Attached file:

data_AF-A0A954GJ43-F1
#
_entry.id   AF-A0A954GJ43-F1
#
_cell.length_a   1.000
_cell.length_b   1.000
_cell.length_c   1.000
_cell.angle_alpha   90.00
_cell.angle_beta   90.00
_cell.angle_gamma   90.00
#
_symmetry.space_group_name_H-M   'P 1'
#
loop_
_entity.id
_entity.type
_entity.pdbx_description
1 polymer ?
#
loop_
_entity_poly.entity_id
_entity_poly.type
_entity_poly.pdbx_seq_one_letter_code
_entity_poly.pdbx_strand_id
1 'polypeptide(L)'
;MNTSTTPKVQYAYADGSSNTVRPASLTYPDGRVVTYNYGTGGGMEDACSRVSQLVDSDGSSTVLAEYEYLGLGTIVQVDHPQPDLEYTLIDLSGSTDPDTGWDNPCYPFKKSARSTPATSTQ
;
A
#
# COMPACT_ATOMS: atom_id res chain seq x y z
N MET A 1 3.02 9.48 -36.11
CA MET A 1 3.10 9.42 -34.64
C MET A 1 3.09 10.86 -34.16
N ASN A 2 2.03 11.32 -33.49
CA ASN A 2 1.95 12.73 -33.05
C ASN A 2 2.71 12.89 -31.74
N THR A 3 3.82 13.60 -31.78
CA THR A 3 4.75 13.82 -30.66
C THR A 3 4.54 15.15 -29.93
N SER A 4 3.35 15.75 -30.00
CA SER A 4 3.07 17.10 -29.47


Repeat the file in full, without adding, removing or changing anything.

data_AF-A0A954GJ43-F1
#
_entry.id   AF-A0A954GJ43-F1
#
_cell.length_a   1.000
_cell.length_b   1.000
_cell.length_c   1.000
_cell.angle_alpha   90.00
_cell.angle_beta   90.00
_cell.angle_gamma   90.00
#
_symmetry.space_group_name_H-M   'P 1'
#
loop_
_entity.id
_entity.type
_entity.pdbx_description
1 polymer ?
#
loop_
_entity_poly.entity_id
_entity_poly.type
_entity_poly.pdbx_seq_one_letter_code
_entity_poly.pdbx_strand_id
1 'polypeptide(L)'
;MNTSTTPKVQYAYADGSSNTVRPASLTYPDGRVVTYNYGTGGGMEDACSRVSQLVDSDGSSTVLAEYEYLGLGTIVQVDHPQPDLEYTLIDLSGSTDPDTGWDNPCYPFKKSARSTPATSTQ
;
A
#
# COMPACT_ATOMS: atom_id res chain seq x y z
N MET A 1 3.02 9.48 -36.11
CA MET A 1 3.10 9.42 -34.64
C MET A 1 3.09 10.86 -34.16
N ASN A 2 2.03 11.32 -33.49
CA ASN A 2 1.95 12.73 -33.05
C ASN A 2 2.71 12.89 -31.74
N THR A 3 3.82 13.60 -31.78
CA THR A 3 4.75 13.82 -30.66
C THR A 3 4.54 15.15 -29.93
N SER A 4 3.35 15.75 -30.00
CA SER A 4 3.07 17.10 -29.47